7 - for the "scope' or the IP address range change it to something in the 10.0.0.0 range.

that should get you stated....



posted on Dec, 6 2013 @ 11:18 AM
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here are some netgear support links for you:

kb.netgear.com...


kb.netgear.com...

kb.netgear.com...



posted on Dec, 6 2013 @ 06:38 PM
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Ghostinshell
here are some netgear support links for you:

kb.netgear.com...


kb.netgear.com...

kb.netgear.com...





Thanks, I have done all of that. Someone suggested today that it might be a hijack from online somewhere and not someone living near me. Would standard AVAST type anti virus or malware bytes detect that?



posted on Dec, 6 2013 @ 09:08 PM
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UnifiedSerenity
If you have a price conscious option for a new router that is harder to hack, I'd love to hear it.

edit on 6-12-2013 by UnifiedSerenity because: (no reason given)
edit on 6-12-2013 by UnifiedSerenity because: (no reason given)


A lot of router firmware has backdoors implemented by using a complicated user agent in the browser. You need DDWRT. It is open source, so if there is a back door, somebody would have found it. If you don't want to buy a Buffalo router with DDWRT installed, you can probably find a used router on Craigslist and hack it.

routers that support ddwrt

A Buffalo N450 is only $90 on Amazon. You get DDWRT right out of the box. The full number is WZR-HP-G450H . The Buffalo N450 CPU has plenty of horsepower if you want to add a VPN later. Now that is lots of work, but you need to be the NSA to crack openvpn.

You can set up a virtual lan with full port isolation. That means even if someone gets on your wifi, all they can do is get internet access. They can't get into your lan. They can't even get into the device of another wifi user, at least not through your router.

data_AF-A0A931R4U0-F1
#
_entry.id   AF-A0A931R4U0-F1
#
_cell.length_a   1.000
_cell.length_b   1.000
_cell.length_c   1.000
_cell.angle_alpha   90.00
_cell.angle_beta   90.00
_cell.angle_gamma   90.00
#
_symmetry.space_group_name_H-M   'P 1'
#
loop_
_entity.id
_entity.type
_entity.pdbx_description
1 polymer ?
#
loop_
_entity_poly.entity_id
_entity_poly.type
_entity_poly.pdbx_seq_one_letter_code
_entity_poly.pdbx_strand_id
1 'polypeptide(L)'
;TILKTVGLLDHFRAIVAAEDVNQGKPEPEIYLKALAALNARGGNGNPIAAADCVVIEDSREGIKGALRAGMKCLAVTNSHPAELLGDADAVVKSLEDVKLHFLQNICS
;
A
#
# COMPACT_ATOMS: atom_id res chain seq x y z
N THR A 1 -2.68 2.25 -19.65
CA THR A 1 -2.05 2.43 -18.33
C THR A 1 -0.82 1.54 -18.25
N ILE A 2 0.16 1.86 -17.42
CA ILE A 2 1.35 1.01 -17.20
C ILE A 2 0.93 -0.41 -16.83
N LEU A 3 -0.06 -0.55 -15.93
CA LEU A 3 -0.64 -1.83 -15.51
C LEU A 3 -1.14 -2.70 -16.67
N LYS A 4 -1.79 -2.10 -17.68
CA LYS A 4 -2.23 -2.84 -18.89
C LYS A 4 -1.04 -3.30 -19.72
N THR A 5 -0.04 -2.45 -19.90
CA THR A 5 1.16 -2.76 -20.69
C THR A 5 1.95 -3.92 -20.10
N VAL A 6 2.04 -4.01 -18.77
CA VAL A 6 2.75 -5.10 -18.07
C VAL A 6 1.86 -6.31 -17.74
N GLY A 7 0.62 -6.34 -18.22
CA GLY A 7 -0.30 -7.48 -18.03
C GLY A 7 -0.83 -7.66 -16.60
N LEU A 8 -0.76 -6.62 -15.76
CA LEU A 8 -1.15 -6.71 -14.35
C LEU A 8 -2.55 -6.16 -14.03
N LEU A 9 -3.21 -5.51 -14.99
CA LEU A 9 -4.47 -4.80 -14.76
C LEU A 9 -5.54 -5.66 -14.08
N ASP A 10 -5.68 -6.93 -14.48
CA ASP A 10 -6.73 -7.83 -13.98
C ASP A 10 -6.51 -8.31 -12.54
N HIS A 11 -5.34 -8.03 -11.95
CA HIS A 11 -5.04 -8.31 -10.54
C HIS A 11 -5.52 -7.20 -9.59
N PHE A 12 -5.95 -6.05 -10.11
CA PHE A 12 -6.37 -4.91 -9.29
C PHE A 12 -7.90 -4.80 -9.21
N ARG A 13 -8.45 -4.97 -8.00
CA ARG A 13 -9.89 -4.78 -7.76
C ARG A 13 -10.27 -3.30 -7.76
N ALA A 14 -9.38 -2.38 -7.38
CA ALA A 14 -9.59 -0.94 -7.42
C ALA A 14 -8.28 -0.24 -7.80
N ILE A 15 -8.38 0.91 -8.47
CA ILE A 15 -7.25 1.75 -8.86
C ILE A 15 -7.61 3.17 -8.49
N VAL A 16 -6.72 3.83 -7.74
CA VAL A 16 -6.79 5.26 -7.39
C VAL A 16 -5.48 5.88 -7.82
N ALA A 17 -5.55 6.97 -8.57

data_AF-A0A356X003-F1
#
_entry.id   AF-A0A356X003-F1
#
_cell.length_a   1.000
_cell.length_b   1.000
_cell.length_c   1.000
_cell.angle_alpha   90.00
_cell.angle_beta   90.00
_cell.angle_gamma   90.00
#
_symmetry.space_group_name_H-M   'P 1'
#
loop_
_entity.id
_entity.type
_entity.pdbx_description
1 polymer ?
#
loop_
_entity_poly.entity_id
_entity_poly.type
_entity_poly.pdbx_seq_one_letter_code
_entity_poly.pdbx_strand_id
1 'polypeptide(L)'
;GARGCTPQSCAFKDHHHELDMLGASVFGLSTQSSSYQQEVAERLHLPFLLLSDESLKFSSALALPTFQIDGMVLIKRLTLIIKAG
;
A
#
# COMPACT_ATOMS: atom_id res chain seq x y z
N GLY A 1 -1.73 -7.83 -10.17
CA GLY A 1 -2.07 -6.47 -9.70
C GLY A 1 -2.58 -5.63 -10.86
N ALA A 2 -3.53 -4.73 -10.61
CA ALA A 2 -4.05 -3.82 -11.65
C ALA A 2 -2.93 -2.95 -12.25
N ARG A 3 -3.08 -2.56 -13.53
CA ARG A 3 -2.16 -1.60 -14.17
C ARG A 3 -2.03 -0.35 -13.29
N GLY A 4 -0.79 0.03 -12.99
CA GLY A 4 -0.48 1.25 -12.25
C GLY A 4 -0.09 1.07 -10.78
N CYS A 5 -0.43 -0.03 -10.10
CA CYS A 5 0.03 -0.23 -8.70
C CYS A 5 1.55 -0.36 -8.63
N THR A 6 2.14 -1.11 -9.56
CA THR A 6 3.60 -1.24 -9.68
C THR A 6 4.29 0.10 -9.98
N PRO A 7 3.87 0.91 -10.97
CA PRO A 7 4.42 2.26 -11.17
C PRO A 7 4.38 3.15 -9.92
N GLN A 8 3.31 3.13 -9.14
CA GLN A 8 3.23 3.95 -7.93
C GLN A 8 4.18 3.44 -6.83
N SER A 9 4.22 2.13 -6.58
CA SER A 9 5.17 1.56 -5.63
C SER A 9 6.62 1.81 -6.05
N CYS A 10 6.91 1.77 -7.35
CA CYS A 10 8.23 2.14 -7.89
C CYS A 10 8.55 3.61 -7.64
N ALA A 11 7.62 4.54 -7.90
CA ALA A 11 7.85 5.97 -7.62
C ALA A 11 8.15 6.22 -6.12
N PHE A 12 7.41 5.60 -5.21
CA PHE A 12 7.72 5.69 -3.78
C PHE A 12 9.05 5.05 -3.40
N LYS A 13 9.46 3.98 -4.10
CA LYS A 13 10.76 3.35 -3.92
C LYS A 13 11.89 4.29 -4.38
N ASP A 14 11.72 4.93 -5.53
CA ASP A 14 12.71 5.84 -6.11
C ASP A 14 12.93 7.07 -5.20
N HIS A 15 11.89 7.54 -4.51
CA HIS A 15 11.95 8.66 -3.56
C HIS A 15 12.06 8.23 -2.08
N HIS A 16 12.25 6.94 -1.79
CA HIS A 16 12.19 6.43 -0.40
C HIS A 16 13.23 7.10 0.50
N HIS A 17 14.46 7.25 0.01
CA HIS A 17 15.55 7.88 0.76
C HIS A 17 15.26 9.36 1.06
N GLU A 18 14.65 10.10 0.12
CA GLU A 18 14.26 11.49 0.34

Incidentally, Netgear is junk. It has been junk for years. The company was so bad they had to change their name. It used to be Bay Networks. Do yourself a favor and get rid of that router.

Don't be alarmed that the N450 is high power. If you want to restrict the range later, you can adjust the power in the GUI, as well as set up the timing to make long distance access difficult.



posted on Dec, 6 2013 @ 10:56 PM
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reply to post by UnifiedSerenity
 


Are you sure you are actually being hacked?
Have you seen them on your network?
Check with a Packet inspector (wireshark) connected to your network via ethernet(cable)

If you have a sufficiently long password (64 characters is the longest you can have on wpa2 iirc) then it should 'technically' be impossible for them to crack your password.. that is unless they are rocking a pc with like 20 graphic cards to process huge rainbow tables. Even mitm attacks mentioned earlier only get you the password hash, which they need to convert to a real passphase, iirc only wep allowed inputting hash directly.

Ive had times when my wifi was really slow and i thought i had been hacked and someone was hogging all my bandwidth, but further investigaton i realize i was just on a crowded channel or something, shuffling the channels around and my wifi was back to normal
edit on 6/12/13 by Kr0nZ because: (no reason given)



posted on Dec, 7 2013 @ 03:20 AM
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Kr0nZ
reply to post by UnifiedSerenity
 


Are you sure you are actually being hacked?
Have you seen them on your network?
Check with a Packet inspector (wireshark) connected to your network via ethernet(cable)

If you have a sufficiently long password (64 characters is the longest you can have on wpa2 iirc) then it should 'technically' be impossible for them to crack your password.. that is unless they are rocking a pc with like 20 graphic cards to process huge rainbow tables. Even mitm attacks mentioned earlier only get you the password hash, which they need to convert to a real passphase, iirc only wep allowed inputting hash directly.

Ive had times when my wifi was really slow and i thought i had been hacked and someone was hogging all my bandwidth, but further investigaton i realize i was just on a crowded channel or something, shuffling the channels around and my wifi was back to normal
edit on 6/12/13 by Kr0nZ because: (no reason given)


You can't secure a device with bad software. If there is a backdoor, it doesn't matter how strong a password you use, they will get in.